Lisbon Valley copper mine submits expansion plan using in situ mining process

January 2, 2020

The Lisbon Valley Mining Co. is looking to expand the mine life of its Lisbon Valley copper mine with the use of in situ recovery (ISR) mining.

The Lisbon Valley Mine is the second largest copper mine in Utah, behind the Bingham Canyon Mine but its openpit operations were idled in 2016 when global copper prices dropped. In October 2019, the company submitted an operation plan to the Utah Division of Oil, Gas and Mining outlining a proposal to expand beyond the current 5,700-acre boundary with ISR mining that is being used in a handful of copper operations around the world. The company says the process could extend the life of the mine by up to 26 years.

The Salt Lake Tribune reported that the plan has raised red flags for nearby residents reliant on groundwater for drinking and livestock and also for environmentalists, who warn of long-term water contamination. But officials with the Lisbon Valley Mine say the project is safe, environmentally sound and will bring desperately needed jobs to the area.

Lisbon Valley Mine has struggled with the volatile copper market and is five years’ delinquent on property taxes totaling $1.4 million. The company recently won the county’s forgiveness of about $250,000 in interest and penalties.

The proposed ISR process involves pumping water and sulfuric acid into the ground through a ring of injection wells to dissolve copper from the rock. This solution is then pumped back through a central well to the surface, where the copper is separated. Ideally, the entire process is contained within the ring of wells and the solution does not mix with surrounding groundwater. Advocates for the method have touted its minimal surface impacts compared to openpit mining.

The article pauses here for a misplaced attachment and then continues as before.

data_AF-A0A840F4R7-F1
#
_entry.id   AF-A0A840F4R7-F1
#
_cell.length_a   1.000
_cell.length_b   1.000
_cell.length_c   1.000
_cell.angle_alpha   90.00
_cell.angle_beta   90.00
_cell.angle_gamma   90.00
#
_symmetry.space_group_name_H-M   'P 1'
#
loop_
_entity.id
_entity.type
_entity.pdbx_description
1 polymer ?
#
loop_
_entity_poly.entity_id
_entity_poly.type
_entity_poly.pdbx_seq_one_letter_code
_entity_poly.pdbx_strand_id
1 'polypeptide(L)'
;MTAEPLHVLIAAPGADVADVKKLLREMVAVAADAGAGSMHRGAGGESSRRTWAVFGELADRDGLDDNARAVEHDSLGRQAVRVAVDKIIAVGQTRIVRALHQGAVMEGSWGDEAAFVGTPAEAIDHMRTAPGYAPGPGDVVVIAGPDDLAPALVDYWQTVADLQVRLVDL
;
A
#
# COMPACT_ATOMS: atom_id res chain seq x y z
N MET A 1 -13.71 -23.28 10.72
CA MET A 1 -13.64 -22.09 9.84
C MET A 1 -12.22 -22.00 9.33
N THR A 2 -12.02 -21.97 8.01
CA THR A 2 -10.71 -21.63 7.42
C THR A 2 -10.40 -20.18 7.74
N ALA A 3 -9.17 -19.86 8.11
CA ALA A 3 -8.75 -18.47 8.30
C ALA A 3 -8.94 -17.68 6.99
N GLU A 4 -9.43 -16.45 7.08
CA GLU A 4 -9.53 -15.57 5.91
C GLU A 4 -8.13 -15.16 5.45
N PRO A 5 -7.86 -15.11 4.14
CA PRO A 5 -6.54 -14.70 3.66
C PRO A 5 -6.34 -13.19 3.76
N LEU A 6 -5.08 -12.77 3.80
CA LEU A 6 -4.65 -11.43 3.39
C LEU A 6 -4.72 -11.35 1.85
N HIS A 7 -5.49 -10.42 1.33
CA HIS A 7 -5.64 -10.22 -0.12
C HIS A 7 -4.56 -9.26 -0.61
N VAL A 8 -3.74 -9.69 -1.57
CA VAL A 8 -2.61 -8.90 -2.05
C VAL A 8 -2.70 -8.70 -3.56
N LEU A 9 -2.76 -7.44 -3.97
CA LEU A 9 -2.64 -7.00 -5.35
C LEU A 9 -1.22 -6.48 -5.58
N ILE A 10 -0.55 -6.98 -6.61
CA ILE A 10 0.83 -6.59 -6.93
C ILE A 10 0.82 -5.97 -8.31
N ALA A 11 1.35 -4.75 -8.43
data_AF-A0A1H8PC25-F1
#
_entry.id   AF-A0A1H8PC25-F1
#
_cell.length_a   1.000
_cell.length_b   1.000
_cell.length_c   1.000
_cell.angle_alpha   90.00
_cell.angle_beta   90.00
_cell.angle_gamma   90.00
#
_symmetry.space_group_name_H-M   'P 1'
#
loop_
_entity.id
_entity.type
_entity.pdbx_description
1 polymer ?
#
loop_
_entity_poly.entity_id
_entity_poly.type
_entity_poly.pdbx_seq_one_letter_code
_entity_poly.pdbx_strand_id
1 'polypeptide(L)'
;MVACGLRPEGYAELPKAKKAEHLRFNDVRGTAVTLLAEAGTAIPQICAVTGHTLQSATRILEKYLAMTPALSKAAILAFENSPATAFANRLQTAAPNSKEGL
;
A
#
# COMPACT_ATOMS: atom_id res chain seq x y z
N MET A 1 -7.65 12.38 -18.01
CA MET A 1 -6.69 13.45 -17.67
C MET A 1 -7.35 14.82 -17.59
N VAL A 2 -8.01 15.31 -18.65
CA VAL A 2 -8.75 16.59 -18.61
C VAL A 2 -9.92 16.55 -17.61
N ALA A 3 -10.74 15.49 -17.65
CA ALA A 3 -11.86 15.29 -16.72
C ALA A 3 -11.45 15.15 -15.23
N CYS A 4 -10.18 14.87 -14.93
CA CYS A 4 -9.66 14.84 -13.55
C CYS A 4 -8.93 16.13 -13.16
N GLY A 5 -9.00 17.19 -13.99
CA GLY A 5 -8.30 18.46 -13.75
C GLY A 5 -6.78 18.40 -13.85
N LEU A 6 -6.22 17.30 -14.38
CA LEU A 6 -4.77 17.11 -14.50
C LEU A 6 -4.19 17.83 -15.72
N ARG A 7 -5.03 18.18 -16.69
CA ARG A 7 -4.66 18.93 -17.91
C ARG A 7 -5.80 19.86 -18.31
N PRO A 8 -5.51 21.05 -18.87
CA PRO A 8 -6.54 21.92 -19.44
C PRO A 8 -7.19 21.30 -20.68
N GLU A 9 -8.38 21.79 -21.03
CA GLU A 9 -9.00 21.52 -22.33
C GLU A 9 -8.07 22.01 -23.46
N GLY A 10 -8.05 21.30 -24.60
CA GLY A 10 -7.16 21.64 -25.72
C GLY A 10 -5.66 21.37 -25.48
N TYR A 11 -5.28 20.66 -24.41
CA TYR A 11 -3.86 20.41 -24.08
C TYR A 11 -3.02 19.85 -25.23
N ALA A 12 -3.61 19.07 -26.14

Alysen Tarrant, environmental manager for the Lisbon Valley Mining Co., said if the permits are approved, Lisbon Valley will be the first place in Utah to implement the ISR method. It will also be the first time it has been used to extract copper from a sandstone-based deposit since most recoverable copper deposits worldwide are found in harder rock layers.

“We’re putting in ... millions and millions of dollars to prove up a technology that eliminates the need for openpit mining ... and [that] could benefit the overall industry on a global scale,” Tarrant said.

The operations plan predicts the first pilot project will be installed in 2021 and estimates 2,700 wells will eventually be drilled into the aquifer. The mining could continue to 2045, when the plan anticipates reclamation efforts will begin, including the “rinsing of aquifers” to reduce acidity.

Currently, ore is mined in the pits, crushed and then treated with an acidified solution on surface heap-leach pads.

“In general, the in-situ methods have lower operating costs,” said Michael Nelson, a professor of mining engineering at the University of Utah. “[The company has] been recovering the copper by leaching the ore after they mine it, so it makes sense to consider in situ.”

In situ methods were used to mine about half the world’s uranium recovered in 2016, but it’s less common on copper deposits.

“The challenge with copper is that even the copper that dissolves easily has to be dissolved by an acidic solution,” Nelson said. “Uranium, they can leach that with just an oxygenated water. If you’re putting an acidic solution down into the earth … you have to be able to control carefully where that solution goes and make sure it goes where you want it to.”

 Photo: Lisbon Valley Copper Mine. 

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